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Limerick Mews buildings - Concerns have been raised over the possible demolition of these 19th Century mews buildings on Cecil Street. Limerick Mews buildings - Concerns have been raised over the possible demolition of these 19th Century mews buildings on Cecil Street.

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Concern over possible demolition of 19th Century Limerick mews buildings

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Limerick Mews buildings – Concerns have been raised over the possible demolition of these 19th Century mews buildings on Cecil Street. 

Concern over possible demolition of 19th Century Limerick mews buildings

By I Love Limerick correspondent Rachel Petticrew

Limerick Mews buildings Mews buildings which have been converted into houses in London

Mews buildings which have been converted into houses in London.

Concerns have been raised over a planning notice erected at the site of two 19th Century Limerick mews buildings on Cecil Street.

The planning application highlights an intention to demolish ‘the existing derelict building’ in order to construct two one-bedroom apartments.

Identifying the buildings as ‘derelict’ caused great commotion online when fourth-generation church decorator and President of the Thomond Archaeological and Historical Society, Randel Hodkinson, tweeted pictures of the site and planning notice.

“I was out for a walk in the city, and I just happened to see the notice. I was shocked to see that there were plans submitted to demolish the two Limerick mews buildings, as they are the only remaining buildings of their kind in the area,” Hodkinson tells I Love Limerick.

“I decided to highlight it online, especially due to the wording of the planning application, to demolish a ‘derelict building’. There was no description of the buildings themselves or their history.”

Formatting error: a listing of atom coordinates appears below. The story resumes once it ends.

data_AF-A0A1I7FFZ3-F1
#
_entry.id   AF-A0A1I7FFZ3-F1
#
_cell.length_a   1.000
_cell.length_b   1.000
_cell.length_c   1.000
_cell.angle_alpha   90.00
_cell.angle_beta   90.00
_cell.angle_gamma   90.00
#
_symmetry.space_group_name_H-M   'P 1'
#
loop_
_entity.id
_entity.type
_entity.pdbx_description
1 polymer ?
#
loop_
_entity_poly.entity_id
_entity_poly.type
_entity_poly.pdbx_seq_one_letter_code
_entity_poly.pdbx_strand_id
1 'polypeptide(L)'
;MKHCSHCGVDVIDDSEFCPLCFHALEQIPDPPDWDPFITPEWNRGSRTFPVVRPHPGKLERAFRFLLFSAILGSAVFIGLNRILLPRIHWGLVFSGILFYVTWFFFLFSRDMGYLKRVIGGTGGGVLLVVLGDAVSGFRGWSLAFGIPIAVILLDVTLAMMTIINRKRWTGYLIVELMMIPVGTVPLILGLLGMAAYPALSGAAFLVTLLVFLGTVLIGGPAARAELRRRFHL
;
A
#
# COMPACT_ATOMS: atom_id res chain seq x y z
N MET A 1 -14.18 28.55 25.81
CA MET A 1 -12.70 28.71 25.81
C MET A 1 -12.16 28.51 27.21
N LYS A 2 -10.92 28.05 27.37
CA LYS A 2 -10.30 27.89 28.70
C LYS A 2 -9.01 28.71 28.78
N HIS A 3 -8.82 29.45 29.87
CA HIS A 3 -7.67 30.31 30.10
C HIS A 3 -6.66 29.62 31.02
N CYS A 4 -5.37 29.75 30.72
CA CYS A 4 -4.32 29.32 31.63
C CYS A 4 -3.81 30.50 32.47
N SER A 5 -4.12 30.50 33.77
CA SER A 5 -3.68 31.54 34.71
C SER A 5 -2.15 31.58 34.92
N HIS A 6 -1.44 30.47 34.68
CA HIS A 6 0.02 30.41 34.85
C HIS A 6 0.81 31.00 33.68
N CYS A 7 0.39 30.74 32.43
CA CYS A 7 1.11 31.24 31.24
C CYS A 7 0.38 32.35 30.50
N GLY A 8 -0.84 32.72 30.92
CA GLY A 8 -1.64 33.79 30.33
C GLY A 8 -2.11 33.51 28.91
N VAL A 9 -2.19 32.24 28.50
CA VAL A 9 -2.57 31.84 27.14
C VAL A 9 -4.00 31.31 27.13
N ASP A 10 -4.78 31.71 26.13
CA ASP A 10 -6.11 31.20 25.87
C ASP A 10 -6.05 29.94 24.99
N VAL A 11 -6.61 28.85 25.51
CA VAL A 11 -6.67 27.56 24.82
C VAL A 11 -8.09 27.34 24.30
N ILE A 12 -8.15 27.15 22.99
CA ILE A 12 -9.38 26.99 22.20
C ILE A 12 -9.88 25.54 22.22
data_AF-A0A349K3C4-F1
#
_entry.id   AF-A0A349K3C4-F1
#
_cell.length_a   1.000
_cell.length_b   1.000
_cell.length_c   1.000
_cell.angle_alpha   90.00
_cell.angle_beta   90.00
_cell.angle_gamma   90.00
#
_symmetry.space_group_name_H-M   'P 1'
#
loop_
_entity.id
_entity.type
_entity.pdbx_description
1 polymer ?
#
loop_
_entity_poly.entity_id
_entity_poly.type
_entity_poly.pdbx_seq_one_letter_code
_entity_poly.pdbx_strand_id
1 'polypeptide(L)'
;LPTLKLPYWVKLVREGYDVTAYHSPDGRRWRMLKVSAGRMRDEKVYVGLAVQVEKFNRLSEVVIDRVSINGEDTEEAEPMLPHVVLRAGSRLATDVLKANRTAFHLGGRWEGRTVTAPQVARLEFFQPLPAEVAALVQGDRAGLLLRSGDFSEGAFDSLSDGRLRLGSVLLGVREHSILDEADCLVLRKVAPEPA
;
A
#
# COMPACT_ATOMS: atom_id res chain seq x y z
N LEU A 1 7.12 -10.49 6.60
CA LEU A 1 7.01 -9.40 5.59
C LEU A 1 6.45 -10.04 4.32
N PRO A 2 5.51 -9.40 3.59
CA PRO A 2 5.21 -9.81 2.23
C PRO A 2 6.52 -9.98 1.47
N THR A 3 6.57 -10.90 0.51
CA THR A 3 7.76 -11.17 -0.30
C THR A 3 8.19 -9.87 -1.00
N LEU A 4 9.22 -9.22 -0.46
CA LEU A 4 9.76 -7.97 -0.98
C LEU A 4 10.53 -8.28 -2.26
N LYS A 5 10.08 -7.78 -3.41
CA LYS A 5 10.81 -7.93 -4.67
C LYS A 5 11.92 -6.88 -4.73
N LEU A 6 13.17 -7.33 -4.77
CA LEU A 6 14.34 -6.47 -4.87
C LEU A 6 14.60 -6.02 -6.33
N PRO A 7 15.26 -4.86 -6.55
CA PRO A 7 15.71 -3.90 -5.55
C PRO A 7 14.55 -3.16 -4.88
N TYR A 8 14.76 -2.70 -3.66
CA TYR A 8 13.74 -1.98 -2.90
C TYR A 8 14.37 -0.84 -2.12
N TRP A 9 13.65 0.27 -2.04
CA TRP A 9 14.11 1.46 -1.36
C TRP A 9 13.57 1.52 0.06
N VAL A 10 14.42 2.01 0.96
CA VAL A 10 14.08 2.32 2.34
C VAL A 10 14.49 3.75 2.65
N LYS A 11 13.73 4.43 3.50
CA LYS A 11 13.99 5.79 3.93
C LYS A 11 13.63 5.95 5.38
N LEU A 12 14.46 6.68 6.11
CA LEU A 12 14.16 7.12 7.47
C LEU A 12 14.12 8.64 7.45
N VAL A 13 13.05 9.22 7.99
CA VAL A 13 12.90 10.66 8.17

The two mews buildings date from the first half of the 1800s when Cecil Street was first developed. Mews buildings were erected in a laneway to the rear of grander Georgian homes to accommodate coaches and horses, with small living quarters above.

The buildings in question have several unique features dating from the Georgian era, including a sizeable chamfered stone corner designed to curve the edge of a building, making it easier for carriages to turn into a laneway.

“There are so many mews buildings that have been restored around Limerick City, so it would be a shame to demolish these. There are parts of the buildings that have been blocked up, but structurally they look pretty sound. A lot of these buildings have now been converted into houses, which is a great use for them,” acknowledges Hodkinson.

The location of the mews buildings could potentially prevent their demolition, as they lie within a Limerick City and County Council architectural conservation area. Under the National Inventory of Architectural Heritage, buildings in the Cecil Street area are deemed important, in terms of ‘architectural and special interest.’

A decision is due to be made on the planning application by December 16. The window to submit comments, objections or observations has now passed, closing on November 25.

The demolition of Limerick’s Georgian architecture has been noticeable in recent times, as developers work to modernise the city centre.

Earlier this week, images surfaced online showing the partial demolition of Rutland Street and Ellen Street, making way for the €200 million Opera urban development. Elsewhere, two Georgian townhouses were removed during the construction of the new International Rugby Experience building on O’Connell Street.

While some locals welcome these changes, others fear for the character of our historic city.

“Tourists come to Limerick to look at the architecture. They don’t come to look at new buildings,” believes Randel Hodkinson.

“We should be cherishing our old buildings because we have already lost so many in the past.”

For information on live planning applications in Limerick, go HERE 

For more history stories, go HERE 

Richard is a presenter, producer, songwriter and actor. He was named the Limerick Person of the Year (2011) and won an online award at the Metro Éireann Media and Multicultural Awards (2011) for promoting multi-culturalism online. Richard says that the ilovelimerick.com concept is very much a community driven project that aims to document life in Limerick. So, that in 20 years time people can look back and remember the events that were making the headlines.

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